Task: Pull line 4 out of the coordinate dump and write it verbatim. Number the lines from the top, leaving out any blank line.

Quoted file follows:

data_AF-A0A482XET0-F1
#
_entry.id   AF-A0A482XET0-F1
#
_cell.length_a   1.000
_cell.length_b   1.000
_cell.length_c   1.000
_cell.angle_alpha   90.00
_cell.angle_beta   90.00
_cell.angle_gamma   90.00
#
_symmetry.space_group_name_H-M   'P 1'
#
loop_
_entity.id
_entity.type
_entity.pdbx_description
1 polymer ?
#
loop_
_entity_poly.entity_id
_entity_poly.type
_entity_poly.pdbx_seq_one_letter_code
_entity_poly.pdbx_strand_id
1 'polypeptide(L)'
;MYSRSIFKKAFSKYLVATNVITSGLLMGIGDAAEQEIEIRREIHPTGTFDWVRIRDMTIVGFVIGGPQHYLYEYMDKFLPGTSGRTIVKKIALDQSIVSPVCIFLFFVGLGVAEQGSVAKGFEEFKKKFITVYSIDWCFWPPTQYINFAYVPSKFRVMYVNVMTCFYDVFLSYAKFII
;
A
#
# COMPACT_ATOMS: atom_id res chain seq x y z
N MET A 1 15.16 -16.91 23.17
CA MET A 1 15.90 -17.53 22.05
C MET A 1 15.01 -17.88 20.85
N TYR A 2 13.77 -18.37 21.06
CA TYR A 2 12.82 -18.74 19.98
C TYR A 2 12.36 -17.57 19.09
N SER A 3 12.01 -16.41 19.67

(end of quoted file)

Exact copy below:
#